Jesus said to his disciples:”Be merciful, just as your Father is merciful. Stop judging and you will not be judged. Stop condemning and you will not be condemned. Forgive and you will be forgiven. Give and gifts will be given to you; a good measure, packed together, shaken down, and overflowing,will be poured into your lap. For the measure you measure will in return be measured out to you.” Lk 6,36-38
Jesus teaches his disciples on a mountain in Matthew’s gospel. In Luke’s gospel, read today, Jesus prays on a mountain, then descends to the plain to call his disciples to “Be merciful, just as your Father is merciful.” Jesus, like his Father, is our merciful Savior. Mercy is recalled in most of our readings this week of Lent.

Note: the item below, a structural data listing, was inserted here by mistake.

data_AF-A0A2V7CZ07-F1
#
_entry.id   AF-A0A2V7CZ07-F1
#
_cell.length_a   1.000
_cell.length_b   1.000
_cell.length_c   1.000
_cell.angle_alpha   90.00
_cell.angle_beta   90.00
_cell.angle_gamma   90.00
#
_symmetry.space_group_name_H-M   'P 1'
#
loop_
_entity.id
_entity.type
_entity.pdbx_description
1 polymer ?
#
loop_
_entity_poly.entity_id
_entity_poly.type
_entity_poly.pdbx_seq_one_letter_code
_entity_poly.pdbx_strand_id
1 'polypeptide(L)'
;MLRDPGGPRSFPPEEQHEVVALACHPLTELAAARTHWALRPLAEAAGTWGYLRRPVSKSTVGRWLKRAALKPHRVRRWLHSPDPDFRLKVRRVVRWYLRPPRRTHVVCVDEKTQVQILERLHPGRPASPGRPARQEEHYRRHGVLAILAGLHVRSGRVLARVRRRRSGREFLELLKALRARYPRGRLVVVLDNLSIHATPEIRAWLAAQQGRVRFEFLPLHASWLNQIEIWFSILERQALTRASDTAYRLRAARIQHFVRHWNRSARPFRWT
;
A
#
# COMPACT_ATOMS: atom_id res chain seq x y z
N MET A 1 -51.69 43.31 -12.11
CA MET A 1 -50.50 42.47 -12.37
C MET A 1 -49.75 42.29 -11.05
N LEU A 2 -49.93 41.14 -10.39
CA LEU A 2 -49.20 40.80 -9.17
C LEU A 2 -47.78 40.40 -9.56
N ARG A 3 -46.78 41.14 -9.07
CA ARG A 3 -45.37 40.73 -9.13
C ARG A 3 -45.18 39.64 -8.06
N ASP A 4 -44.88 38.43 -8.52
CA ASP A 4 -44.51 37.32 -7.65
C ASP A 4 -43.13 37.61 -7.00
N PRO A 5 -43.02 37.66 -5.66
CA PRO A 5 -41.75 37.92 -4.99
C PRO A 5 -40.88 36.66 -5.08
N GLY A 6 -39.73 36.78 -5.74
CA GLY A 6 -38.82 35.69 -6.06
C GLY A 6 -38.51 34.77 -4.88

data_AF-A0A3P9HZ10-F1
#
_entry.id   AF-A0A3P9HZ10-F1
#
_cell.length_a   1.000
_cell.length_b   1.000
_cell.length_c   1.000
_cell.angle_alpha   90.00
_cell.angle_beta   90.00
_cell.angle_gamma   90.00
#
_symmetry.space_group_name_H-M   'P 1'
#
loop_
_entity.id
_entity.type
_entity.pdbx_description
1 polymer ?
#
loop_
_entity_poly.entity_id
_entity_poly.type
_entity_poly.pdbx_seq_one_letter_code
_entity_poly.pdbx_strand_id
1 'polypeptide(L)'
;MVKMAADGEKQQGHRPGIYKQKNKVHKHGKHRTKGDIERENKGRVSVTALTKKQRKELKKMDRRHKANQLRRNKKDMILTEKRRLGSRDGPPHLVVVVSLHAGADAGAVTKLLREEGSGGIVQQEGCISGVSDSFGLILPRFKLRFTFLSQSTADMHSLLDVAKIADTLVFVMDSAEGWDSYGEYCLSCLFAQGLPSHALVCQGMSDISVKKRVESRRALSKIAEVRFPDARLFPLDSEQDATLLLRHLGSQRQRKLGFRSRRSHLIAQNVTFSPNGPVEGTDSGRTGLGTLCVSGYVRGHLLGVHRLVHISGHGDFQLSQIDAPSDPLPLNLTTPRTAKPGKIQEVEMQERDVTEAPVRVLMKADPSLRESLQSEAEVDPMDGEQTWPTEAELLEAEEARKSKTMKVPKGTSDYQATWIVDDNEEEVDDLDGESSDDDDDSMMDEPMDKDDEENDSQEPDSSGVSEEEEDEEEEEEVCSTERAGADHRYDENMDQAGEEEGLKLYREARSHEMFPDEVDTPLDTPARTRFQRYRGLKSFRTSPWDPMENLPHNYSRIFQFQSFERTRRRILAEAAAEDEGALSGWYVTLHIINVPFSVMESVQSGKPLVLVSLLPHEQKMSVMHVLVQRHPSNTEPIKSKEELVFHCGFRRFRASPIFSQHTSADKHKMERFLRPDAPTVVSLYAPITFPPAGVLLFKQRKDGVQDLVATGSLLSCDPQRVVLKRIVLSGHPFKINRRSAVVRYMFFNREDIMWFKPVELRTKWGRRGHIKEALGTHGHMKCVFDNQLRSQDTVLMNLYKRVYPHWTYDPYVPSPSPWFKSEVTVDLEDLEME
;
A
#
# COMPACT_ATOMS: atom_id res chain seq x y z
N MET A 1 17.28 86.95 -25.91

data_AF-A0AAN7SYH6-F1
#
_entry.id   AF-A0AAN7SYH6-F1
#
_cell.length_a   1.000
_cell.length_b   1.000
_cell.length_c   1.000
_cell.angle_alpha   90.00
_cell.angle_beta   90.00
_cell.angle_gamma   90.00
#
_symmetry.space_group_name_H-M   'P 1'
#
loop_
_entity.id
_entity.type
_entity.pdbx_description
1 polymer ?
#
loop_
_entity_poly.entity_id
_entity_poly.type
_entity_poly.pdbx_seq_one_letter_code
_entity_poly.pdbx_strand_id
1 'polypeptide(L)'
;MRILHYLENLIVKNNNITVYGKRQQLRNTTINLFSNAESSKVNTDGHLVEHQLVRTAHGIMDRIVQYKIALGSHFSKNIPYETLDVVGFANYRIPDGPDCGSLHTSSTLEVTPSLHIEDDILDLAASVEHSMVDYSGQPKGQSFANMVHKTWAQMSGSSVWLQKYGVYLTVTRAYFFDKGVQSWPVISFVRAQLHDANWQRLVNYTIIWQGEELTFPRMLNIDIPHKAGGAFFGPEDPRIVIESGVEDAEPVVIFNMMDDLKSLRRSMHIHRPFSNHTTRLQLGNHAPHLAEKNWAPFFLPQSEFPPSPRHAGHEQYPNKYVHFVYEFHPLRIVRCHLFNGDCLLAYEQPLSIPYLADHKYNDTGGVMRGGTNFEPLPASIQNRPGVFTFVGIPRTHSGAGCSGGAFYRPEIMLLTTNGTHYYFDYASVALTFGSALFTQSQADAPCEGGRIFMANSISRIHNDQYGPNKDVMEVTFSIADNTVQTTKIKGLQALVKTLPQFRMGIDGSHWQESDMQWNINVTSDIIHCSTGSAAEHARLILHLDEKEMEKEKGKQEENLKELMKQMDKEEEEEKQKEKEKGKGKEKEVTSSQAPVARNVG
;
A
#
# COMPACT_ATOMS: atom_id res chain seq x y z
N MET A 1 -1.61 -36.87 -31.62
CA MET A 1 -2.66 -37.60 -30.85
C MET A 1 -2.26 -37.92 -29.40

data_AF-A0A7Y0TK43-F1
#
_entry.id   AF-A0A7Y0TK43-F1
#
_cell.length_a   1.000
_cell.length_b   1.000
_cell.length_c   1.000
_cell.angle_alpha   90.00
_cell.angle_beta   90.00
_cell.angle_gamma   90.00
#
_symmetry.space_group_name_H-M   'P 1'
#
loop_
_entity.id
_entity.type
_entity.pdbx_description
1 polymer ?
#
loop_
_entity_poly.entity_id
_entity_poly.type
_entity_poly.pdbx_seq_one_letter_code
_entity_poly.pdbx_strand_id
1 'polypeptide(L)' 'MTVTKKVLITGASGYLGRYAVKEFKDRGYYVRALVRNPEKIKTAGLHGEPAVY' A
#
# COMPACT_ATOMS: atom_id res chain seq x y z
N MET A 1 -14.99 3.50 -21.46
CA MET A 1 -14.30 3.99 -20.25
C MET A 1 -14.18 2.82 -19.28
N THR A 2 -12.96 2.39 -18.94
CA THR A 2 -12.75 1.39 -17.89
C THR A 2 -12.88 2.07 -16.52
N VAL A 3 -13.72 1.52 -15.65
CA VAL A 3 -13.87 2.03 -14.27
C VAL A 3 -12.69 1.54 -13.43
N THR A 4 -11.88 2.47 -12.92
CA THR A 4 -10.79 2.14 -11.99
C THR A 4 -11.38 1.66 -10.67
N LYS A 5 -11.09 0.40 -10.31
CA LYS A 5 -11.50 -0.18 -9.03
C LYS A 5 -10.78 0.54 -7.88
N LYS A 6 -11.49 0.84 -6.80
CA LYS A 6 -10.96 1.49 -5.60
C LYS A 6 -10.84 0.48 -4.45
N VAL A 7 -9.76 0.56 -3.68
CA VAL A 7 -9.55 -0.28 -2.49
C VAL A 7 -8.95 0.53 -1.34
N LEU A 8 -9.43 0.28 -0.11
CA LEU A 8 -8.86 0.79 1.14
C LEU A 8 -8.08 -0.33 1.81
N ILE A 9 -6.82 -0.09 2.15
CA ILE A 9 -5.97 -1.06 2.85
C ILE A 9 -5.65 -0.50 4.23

Mercy is a gift that goes beyond judgment or condemnation. The father of the prodigal son neither judges of condemns his son. He takes nothing away from him. Instead, he calls for a bountiful feast. “Bring a robe–the best one–and put it on him, put a ring on his finger and sandals on his feet.” God’s mercy is like that, surprising, not bound by caution, boundless.
Lent and Easter are seasons of mercy. I think of the founder of my community, St. Paul of the Cross, who preached in the small towns of the Tuscan Maremma in this season. Poverty was pervasive in that area then and it made people wary of each other. Feuds, quarrels and vendettas were common in the small mountain towns. They needed reminding of God’s mercy.
It’s said that Paul would often carry a cross into a deeply divided home and beg family members to forgive one another or their enemies next door in the name of Jesus Christ. A forgiving God asked them to forgive.
let me see in myself
the same human frailty, selfishness and sinfulness that I see in others.
Let me be merciful
with the mercy that I see in you.